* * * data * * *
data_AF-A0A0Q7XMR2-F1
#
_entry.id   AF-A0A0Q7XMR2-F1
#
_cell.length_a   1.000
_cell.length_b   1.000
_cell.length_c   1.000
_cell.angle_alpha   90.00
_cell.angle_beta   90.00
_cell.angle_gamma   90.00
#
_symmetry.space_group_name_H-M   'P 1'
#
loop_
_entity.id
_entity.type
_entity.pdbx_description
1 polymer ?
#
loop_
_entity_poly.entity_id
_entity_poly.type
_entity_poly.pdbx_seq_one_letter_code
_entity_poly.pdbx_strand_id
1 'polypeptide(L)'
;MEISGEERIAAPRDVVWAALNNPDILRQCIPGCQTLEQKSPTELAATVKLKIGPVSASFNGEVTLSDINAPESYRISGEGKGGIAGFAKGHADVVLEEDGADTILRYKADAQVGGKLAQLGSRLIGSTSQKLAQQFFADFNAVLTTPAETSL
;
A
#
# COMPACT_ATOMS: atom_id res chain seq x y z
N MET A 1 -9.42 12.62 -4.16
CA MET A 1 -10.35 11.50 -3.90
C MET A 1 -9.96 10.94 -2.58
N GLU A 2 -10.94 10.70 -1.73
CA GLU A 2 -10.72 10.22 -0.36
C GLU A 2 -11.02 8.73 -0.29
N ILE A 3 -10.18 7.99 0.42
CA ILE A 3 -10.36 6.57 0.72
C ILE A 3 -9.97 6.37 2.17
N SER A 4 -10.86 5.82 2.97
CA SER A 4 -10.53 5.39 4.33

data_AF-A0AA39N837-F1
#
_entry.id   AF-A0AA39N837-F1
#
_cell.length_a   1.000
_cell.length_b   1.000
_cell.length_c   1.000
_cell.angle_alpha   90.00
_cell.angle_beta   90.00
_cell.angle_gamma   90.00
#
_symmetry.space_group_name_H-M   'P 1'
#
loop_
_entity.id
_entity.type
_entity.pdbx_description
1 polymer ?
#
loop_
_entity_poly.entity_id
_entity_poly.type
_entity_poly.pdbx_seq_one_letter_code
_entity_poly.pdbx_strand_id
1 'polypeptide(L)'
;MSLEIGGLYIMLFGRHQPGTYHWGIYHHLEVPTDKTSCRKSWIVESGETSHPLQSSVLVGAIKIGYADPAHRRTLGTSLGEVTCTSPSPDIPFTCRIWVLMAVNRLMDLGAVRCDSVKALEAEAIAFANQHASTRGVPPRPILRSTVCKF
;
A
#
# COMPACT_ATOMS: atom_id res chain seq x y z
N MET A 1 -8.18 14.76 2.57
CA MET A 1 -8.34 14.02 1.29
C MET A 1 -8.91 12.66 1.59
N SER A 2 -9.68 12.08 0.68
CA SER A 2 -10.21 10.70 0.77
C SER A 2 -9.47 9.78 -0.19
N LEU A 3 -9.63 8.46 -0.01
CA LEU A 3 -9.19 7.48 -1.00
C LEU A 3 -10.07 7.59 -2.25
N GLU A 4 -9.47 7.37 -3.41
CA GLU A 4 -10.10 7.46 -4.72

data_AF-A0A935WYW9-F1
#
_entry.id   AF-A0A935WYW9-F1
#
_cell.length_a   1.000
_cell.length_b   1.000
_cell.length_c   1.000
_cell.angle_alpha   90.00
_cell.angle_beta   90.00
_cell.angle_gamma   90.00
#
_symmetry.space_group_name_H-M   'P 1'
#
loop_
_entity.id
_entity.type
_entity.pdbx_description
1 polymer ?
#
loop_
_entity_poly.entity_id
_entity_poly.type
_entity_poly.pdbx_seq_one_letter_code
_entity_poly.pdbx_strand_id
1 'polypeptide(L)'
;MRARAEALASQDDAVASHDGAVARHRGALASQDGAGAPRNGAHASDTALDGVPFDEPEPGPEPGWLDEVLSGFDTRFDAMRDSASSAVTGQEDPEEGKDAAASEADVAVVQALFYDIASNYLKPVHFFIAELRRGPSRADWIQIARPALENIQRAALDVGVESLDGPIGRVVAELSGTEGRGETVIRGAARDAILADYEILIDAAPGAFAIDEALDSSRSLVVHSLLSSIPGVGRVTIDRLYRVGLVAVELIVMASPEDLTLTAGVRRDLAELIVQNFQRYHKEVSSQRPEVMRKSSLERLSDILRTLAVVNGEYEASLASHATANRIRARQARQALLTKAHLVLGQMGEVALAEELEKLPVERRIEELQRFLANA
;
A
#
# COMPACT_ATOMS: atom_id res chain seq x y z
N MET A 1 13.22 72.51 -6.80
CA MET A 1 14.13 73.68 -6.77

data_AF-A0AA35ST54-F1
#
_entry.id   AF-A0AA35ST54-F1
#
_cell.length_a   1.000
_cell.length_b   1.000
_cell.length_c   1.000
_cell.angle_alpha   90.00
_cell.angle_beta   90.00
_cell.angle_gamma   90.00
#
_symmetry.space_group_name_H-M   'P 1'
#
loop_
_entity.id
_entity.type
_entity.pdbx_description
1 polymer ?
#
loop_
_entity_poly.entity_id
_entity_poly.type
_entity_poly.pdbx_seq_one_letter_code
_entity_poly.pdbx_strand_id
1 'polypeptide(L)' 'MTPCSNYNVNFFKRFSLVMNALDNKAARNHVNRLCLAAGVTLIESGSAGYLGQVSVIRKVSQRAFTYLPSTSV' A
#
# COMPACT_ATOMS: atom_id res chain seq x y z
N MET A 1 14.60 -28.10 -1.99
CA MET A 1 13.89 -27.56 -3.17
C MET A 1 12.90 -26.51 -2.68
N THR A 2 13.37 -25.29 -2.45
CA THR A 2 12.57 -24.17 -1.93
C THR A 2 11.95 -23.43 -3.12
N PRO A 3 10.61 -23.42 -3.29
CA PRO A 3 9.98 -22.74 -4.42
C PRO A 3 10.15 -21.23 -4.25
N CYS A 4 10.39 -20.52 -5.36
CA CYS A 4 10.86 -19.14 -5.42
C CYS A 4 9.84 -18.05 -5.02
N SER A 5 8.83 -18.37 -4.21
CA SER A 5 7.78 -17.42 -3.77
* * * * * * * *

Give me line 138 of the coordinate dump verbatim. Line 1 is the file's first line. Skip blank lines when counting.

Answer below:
_entity_poly.pdbx_strand_id